Denbury Resources: A Look At 2020

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About: Denbury Resources Inc. (DNR)
by: Elephant Analytics
Summary

Denbury may operate at around neutral cash flow in 2020 at $55 WTI oil.

This assumes that it continues with plans to spend around $155 million on advancing its Cedar Creek Anticline project in 2020.

This project appears to have solid economics at $50 WTI oil, but requires a decent amount of upfront investment.

Denbury has around $1.2 billion in debt maturing before first production is expected from the Cedar Creek Anticline project, so there is a risk that current shareholders may not benefit from the project.

Refinancing the debt will largely depend on oil prices, which likely need to average in the $60s.

It appears that Denbury Resources (DNR) may operate at around neutral cash flow in 2020 with current strip prices (around $55 WTI oil) assuming that it continues with its planned investment in the Cedar Creek Anticline [CCA] EOR project. This project appears to have solid economics at $50 WTI oil, but requires around $300 million in upfront investment (including $150 million for the CO2 pipeline) before first production. The first production is expected to occur in 2H 2022 to Q1 2023, while Denbury has around $1.2 billion in debt maturing before then.

Cedar Creek Anticline

Denbury currently forecasts $145 million to $170 million in 2020 capital expenditures for the Cedar Creek Anticline project. The 2020 spend is primarily related to the CO2 pipeline that will service the development over several decades.

Source: Denbury Resources

Denbury believes that the project still has attractive economics at $50 oil, and that it could produce $3 billion in cumulative net cash flow at $60 oil (although this would be generated over several decades). The projected cumulative net cash flow would appear to be around $2 billion at $50 oil.

Source: Denbury Resources

With first production expected in 2H 2022 to Q1 2023, there is a risk that current common shareholders may not benefit from this project though. Denbury has over $1.2 billion in debt maturing by 1H 2022, and it may generate around $100 million in positive cash flow in 2020 and 2021 at $55 WTI oil, so it would need to refinance most of that debt.

Notes About Oil Prices

Denbury has been able to realize a couple of dollars above WTI prices for its oil during the first half of 2019 as its Gulf Coast (representing around 60% of Denbury's production) oil production has averaged $4 to $6 above WTI.

The futures strip suggests that the Gulf Coast premium may be closer to $2 in 2020 though, so at this point, I would model Denbury as receiving around WTI for its oil in 2020.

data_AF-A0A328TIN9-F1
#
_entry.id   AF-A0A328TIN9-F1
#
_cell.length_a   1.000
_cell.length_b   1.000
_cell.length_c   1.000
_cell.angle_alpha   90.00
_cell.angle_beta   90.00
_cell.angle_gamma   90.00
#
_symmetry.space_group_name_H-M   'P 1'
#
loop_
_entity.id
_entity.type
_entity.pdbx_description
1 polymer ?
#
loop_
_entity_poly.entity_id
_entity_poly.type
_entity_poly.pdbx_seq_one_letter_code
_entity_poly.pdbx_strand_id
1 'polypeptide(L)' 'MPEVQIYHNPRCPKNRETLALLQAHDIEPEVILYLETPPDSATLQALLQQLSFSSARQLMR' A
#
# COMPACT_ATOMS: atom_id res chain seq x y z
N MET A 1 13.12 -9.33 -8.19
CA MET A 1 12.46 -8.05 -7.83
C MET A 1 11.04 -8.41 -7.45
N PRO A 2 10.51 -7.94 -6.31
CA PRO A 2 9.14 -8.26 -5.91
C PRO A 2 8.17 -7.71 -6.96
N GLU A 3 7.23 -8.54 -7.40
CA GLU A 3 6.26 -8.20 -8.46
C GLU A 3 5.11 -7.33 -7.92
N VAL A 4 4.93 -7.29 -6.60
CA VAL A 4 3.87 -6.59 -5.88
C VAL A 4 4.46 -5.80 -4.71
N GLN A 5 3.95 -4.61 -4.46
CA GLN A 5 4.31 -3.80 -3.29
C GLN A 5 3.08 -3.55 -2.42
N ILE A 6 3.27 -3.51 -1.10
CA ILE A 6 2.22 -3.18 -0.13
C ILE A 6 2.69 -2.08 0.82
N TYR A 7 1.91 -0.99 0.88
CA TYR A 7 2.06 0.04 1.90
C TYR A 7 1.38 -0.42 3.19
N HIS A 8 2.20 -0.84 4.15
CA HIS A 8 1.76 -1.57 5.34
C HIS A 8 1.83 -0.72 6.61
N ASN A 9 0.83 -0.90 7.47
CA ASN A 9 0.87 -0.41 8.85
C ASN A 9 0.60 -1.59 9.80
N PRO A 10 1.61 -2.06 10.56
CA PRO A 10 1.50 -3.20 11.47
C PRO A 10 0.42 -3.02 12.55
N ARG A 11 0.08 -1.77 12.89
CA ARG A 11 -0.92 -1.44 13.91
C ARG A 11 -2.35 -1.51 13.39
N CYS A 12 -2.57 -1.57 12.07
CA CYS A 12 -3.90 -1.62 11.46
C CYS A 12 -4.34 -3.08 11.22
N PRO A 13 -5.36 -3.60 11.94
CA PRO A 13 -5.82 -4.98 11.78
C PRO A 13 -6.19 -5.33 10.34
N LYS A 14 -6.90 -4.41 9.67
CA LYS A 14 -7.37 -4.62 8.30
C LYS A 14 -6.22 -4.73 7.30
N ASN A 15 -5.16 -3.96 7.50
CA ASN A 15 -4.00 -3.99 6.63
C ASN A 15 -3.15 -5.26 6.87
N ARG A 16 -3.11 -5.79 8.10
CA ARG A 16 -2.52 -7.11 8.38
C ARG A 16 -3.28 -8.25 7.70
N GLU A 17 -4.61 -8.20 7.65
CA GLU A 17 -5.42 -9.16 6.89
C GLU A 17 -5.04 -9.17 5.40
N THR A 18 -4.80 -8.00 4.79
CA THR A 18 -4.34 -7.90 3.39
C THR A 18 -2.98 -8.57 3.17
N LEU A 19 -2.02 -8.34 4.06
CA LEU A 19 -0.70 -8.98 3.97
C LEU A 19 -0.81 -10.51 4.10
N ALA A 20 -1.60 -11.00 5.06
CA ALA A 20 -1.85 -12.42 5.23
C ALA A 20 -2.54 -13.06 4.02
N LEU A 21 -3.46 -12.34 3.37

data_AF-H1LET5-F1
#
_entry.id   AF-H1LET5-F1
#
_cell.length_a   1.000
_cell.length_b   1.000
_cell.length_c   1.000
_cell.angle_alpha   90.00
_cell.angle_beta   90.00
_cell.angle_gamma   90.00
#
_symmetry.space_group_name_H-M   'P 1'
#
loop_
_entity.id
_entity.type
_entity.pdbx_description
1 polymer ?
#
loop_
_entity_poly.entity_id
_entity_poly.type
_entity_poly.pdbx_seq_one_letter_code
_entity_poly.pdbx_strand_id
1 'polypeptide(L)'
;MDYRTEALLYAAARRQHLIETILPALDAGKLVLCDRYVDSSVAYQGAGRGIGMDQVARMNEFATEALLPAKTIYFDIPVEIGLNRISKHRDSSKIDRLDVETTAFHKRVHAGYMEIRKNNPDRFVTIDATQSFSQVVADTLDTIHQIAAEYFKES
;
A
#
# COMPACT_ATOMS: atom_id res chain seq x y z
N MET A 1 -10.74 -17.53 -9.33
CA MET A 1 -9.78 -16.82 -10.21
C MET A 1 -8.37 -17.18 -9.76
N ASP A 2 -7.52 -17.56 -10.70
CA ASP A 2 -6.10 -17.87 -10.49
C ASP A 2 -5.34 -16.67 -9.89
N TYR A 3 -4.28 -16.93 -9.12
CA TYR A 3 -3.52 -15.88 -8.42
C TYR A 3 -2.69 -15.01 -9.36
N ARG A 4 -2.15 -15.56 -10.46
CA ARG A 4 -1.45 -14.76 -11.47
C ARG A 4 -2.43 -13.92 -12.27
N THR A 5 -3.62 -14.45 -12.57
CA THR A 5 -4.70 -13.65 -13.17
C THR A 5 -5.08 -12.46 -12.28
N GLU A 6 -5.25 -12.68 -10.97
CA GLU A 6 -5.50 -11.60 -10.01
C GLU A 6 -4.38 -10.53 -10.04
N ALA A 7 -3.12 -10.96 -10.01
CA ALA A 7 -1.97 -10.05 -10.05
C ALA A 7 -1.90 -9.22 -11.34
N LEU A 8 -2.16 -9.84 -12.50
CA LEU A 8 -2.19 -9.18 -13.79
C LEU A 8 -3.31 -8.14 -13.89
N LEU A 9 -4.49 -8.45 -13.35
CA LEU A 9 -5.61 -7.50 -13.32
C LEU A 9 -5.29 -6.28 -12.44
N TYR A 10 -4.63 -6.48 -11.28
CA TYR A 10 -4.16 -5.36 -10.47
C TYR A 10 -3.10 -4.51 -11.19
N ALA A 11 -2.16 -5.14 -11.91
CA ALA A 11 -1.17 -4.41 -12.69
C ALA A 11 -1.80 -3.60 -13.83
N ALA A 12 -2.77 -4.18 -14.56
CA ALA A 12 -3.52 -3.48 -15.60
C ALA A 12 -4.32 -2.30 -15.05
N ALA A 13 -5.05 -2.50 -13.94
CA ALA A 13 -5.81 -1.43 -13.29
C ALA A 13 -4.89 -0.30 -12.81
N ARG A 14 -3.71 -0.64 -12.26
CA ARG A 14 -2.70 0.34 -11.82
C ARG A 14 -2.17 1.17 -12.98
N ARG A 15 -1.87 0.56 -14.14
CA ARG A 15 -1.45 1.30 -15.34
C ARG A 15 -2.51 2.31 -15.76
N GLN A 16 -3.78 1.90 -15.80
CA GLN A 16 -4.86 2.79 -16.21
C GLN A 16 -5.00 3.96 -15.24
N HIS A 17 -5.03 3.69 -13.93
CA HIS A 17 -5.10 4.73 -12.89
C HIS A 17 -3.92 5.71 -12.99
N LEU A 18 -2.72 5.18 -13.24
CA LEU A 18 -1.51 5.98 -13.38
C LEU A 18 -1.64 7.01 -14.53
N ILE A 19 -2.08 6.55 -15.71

Source: Denbury Resources

Denbury's 2020 Outlook

I've assumed that Denbury will end up with 58,500 BOEPD in production in 2020 with a $375 million capex budget ($220 million to maintain production at around that level and $155 million for the CCA project).

WTI strip prices in 2020 are currently around $55, which would result in Denbury generating around $1.15 billion in oil and gas revenue. Its hedges add another $33 million in value based on 2020 strip, while it could generate another $30 million from other items such as CO2 sales (net of expenses).

Units

Price Per Unit

Revenue ($ Million)

Oil (Barrels) 20,754,630

$55.00

$1,142

Natural Gas [MCF] 3,587,220

$2.10

$8

Net Other

$30

Hedge Value

$33

Total

$1,213

Denbury has made strides in reducing its lease operating expenses, so I am assuming that it can average around $22 per BOE in 2020. Denbury had previously indicated a range of $22 to $24 per BOE for 2019 LOE, but now expects to come in at the lower end of that range, and reported lease operating expenses of $21.70 per BOE in Q2 2019.

With a $375 million capital expenditure budget, Denbury would have around $4 million in negative cash flow at $55 WTI oil in 2020. This includes $155 million in capital expenditures for the CCA project, which would have initial production in 2H 2022 to 1H 2023.

$ Million

Lease Operating Expense

$470

Marketing Expenses

$44

Production Tax

$85

Cash G&A

$58

Cash Interest

$185

Capital Expenditures

$375

Total

$1,217

Conclusion

After generating a fair amount of positive cash flow in 2019, Denbury may operate at around neutral cash flow in 2020 at $55 WTI oil (current strip prices). This is due to the 2020 WTI strip being a couple of dollars lower than 2019 strip, along with the expectation that the Gulf Coast premium will narrow in 2020. As well, Denbury may spend $155 million on the CCA project in 2020, compared to around $30 million in 2019.

The CCA project appears to have solid economics even at $50 WTI oil, but requires a significant amount of investment in the years prior to initial production. Denbury probably needs to refinance close to $1.1 billion in debt by 1H 2022, assuming that it generates a bit over $100 million in positive cash flow in 2021 at $55 WTI oil. The CCA investment makes sense for Denbury's long-term outlook, but there is a risk that current common shareholders will not benefit from the project.

Disclosure: I/we have no positions in any stocks mentioned, and no plans to initiate any positions within the next 72 hours. I wrote this article myself, and it expresses my own opinions. I am not receiving compensation for it (other than from Seeking Alpha). I have no business relationship with any company whose stock is mentioned in this article.